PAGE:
No Judgement Zone: Surrendering Your Pet

By Judy Layne

Sometimes, life teaches you important lessons when you least expect it.  It happened to me yesterday. Reading a magazine, I came across a heartfelt story written by a lady named Sarah who surrendered her pet.  It moved me deeply and made me reflect on my feelings about people who give up their pets.  

Reasons Why People Surrender Their Pet

I’ve always had strong opinions about the care animals deserve. Like others who love their pets and consider them family members, the notion of surrendering our fur-babies seems unfathomable to me.  Having said that, my heart goes out to people who must give up their pet for reasons beyond their control – losing their home or job, debilitating illness, moving into a care home, passing away.  At the opposite end of the spectrum are those who consider their pets disposable.  Some decide they don’t want the responsibility any longer; others surrender their pet for ‘not being as playful and cute anymore’.  I will always think this is callous and irresponsible.  

But what about the people in between?  While it’s easy to automatically assume that someone who surrenders their pet is an uncaring person, the lesson Sarah’s story taught is that we shouldn’t judge because we don’t know the circumstances behind why someone surrendered their pet.  Imagine how sad and painful it must be for people forced to give up their beloved pet if they don’t have any other choice.  Enter Sarah. 

Sarah’s Heartbreaking Story of Surrender

Sarah said she never thought she’d be the ‘kind of person’ who’d surrender a pet.  Yet she found herself doing so. Leaving the animal shelter without her beloved cat Max, Sarah stated she was devastatedfilled with guilt and grief.  She explained that the decision was the most difficult thing she’d ever had to do.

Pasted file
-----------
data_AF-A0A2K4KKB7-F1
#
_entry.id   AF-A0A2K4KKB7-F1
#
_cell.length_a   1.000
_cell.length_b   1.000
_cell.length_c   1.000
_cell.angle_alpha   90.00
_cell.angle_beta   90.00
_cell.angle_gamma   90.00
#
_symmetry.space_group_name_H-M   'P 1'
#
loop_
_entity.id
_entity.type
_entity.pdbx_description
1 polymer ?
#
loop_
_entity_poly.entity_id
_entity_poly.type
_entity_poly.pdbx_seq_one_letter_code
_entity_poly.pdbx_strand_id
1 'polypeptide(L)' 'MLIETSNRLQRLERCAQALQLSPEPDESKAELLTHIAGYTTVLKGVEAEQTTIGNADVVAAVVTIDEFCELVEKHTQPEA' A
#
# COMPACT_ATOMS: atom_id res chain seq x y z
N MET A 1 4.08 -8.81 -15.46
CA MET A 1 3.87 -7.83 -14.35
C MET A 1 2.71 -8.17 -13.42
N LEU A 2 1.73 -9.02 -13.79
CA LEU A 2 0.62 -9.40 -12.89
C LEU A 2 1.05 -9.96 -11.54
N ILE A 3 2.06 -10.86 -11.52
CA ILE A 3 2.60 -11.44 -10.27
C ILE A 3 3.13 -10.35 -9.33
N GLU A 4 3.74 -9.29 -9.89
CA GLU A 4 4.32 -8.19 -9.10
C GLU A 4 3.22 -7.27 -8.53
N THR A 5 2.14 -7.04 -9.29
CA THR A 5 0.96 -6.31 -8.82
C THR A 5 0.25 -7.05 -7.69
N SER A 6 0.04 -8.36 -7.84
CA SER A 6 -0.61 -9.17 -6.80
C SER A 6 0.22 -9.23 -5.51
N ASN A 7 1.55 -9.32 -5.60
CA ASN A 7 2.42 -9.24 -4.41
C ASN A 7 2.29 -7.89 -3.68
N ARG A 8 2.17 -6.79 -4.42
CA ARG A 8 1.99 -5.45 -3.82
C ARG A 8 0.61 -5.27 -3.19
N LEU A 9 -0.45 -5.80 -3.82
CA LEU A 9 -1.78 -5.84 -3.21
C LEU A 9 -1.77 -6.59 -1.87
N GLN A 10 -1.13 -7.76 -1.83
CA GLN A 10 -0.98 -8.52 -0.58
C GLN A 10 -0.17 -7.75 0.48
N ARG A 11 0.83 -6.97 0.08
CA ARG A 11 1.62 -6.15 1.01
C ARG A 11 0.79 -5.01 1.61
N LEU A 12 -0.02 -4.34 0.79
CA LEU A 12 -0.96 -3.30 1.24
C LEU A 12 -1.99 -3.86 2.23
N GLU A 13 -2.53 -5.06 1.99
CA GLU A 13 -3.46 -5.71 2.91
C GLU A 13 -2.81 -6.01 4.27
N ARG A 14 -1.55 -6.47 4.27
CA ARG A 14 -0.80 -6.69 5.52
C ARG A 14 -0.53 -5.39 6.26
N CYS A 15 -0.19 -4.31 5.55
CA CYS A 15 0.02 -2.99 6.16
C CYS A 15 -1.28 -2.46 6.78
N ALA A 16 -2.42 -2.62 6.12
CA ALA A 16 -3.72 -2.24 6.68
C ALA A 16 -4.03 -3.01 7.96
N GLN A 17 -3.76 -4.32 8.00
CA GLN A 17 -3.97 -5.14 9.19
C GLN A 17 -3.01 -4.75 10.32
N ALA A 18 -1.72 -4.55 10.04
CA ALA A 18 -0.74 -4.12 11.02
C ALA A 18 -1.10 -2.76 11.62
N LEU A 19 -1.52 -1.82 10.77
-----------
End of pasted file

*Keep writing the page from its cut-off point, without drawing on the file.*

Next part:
Max was Sarah’s first cat, a rescue.  Over the years, she married, adopted another kitty and a dog, then had a baby.  With each change, they worked hard to help their pets adjust.  But the baby’s presence seemed to push Max beyond changes he could cope with.  Max began lunging at the dog, lashing out at Sarah and her husband, hissing at the baby.  He was plainly over-stressed and it was painful for them to see.  They read articles, gave Max more attention, ensured he had a ‘safe’ room and consulted their vet.  Nothing worked. Sarah felt guilty about rescuing Max and then creating a setting that was too stressful for him.  No family members, coworkers or friends could take Max, so they made the painful decision to surrender him, hopeful he’d find a home with a family that loved him as much as they did.       

What Sarah Learned

Here’s the profound part.  Sarah said that while they waited for paperwork to be completed, a family entered the shelter to surrender a dog that barked constantly.  Sarah admitted she’d unconsciously judged the family, assuming they never bothered to train the dog and then decided he was too irritating.  But Sarah caught herself, ashamed to have judged these people so quickly with no idea of what they had gone through or why they believed they had to make this decision.  Sarah recognized that other people at the shelter could make a similarly unwarranted and baseless judgement about them.  She wanted to shout that they tried so hard to make things work and did everything they knew how to do. 

The Lesson for All of Us

Sarah’s story reminded me to embrace compassion and not leap to judgement about people who surrender their pet.  I hope it inspires you to do the same.  

If you or someone you know is struggling with the decision to surrender a pet, please contact the Nova Scotia SPCA for guidance.

Judy Layne

Judy is a dedicated volunteer with the Nova Scotia SPCA and proud adoptive fur-mama to Gracie. She is committed to speaking for animals who cannot speak for themselves.